5 Key Factors to Consider When Choosing Online Materials
Online materials offer districts both great promise and great challenges. A product will not provide value to the district if it does not work on students' devices or is too challenging to implement. Its usefulness will be compromised if it is not compatible with the district's student information system (SIS), learning management system (LMS) or other district software. Its impact on student learning will be diminished if teachers can't or do not use the material effectively.
Selecting and implementing online materials is likely one of the greatest challenges every district faces these days. As a mid-size suburban district, we are fortunate to have a robust instructional technology department; I know that many other districts do not. Protecting student privacy is undoubtedly one of the largest and most complex challenges inherent in implementing digital materials. Addressing privacy implementation issues could consume an entire article. Below are five other challenges we face when selecting and implementing online materials, and some of the ways we tackle them.
Abundance: Too Many Choices, Too Little Time
If your district is like ours, you are bombarded with an avalanche of instructional materials and apps to review. In any month, we are reviewing 30 or more online applications, tablet apps and other materials. We simply do not have the staff or time to review each material as carefully as we would like.
Some advice: This is where a service like Learning List is valuable. Their reviews of each material's alignment to state standards and technology requirements, including testing to see which devices, browsers and operating systems the material works on, saves districts hours of work. We find Common Sense Media's reviews of instructional apps helpful, too. Though these sites do not provide all of the information on our district's review rubric, they get us 75 percent of the way there, and that is worth at least one full-time employee.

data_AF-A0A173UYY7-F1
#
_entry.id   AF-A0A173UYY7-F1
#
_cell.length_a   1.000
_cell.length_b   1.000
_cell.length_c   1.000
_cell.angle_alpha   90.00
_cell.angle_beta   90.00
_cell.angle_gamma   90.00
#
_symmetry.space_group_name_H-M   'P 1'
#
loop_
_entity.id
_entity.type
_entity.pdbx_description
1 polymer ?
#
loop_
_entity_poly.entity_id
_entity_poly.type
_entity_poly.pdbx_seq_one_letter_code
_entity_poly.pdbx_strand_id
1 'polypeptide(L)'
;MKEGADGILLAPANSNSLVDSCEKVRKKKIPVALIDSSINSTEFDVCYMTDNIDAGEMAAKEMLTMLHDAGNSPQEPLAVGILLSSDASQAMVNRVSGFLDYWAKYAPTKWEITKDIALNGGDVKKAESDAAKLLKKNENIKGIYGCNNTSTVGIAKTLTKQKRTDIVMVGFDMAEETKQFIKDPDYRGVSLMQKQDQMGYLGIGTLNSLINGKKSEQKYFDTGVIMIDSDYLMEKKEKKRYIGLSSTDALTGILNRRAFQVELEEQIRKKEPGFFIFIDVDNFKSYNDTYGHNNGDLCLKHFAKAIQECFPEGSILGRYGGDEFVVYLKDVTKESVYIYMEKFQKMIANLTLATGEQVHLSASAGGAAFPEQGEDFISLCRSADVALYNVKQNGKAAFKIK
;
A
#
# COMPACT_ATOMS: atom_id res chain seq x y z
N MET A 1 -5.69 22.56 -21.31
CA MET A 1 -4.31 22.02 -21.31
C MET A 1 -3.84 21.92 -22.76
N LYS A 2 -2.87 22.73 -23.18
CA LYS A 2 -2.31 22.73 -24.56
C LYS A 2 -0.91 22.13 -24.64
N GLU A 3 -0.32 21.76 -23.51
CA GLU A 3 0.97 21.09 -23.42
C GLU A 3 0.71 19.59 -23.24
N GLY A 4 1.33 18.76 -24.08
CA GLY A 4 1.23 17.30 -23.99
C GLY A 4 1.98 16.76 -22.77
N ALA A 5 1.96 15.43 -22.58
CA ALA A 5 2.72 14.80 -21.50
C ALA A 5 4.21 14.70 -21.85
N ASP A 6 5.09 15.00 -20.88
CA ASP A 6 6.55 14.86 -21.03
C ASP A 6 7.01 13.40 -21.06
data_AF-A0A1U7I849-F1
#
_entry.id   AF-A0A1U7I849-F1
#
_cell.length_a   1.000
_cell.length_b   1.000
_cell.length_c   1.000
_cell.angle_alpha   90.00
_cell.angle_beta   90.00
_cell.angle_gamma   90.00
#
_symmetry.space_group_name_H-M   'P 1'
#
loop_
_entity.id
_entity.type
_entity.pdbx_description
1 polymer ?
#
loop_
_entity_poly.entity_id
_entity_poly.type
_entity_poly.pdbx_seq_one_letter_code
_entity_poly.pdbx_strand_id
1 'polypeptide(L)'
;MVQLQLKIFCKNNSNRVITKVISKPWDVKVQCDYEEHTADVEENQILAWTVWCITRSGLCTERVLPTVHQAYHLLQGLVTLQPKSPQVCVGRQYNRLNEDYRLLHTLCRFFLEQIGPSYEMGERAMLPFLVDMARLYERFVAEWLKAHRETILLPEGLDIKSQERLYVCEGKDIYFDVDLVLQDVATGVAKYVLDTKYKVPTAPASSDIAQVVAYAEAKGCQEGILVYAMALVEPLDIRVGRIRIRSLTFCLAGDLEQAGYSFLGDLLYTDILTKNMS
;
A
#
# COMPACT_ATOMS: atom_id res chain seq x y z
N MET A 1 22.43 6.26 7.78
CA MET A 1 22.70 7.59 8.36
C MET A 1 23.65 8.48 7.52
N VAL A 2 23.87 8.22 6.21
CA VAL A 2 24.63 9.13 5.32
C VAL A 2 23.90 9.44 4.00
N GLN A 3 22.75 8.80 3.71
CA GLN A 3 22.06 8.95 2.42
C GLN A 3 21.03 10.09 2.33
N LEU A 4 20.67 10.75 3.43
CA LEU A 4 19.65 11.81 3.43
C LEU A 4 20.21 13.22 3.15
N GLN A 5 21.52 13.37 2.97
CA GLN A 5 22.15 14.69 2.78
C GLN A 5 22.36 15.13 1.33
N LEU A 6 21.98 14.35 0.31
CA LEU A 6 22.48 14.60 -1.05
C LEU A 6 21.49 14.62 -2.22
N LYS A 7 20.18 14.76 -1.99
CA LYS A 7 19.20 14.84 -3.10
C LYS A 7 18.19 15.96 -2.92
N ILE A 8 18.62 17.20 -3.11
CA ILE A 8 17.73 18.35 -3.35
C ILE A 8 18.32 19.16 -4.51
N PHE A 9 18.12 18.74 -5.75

User Provisioning: Onboarding and Managing Teachers and Students
The most significant hurdle to implementing digital materials effectively is rostering or onboarding students and teachers. Many materials ask you to upload a CSV file of users into their system. Given the constant movement of our students and teachers, uploading a CSV file does not work for us.
Some advice: Having learned from experience, we are moving toward online materials that are LTI/Common Cartridge compatible. This attribute allows the material to connect seamlessly with our SIS and LMS, which has the advantages of updating the list of teacher and student users automatically each time the LMS is updated and providing a single sign-on so that teachers and students can access the material directly through the district's LMS. Fewer passwords for them to remember mean fewer calls to us!
Compatibility: Supporting Use of the Material
Ensuring that a material will work with the district's technology and that the district has the bandwidth capacity to support simultaneous use of the product are two other important challenges, made exponentially more difficult if the district has a BYOD policy or provides different types of devices on various campuses.
We carefully read the publisher's technology specs for the products we are considering purchasing, paying particular attention to the bandwidth requirements given the number of students who will need to use the material simultaneously.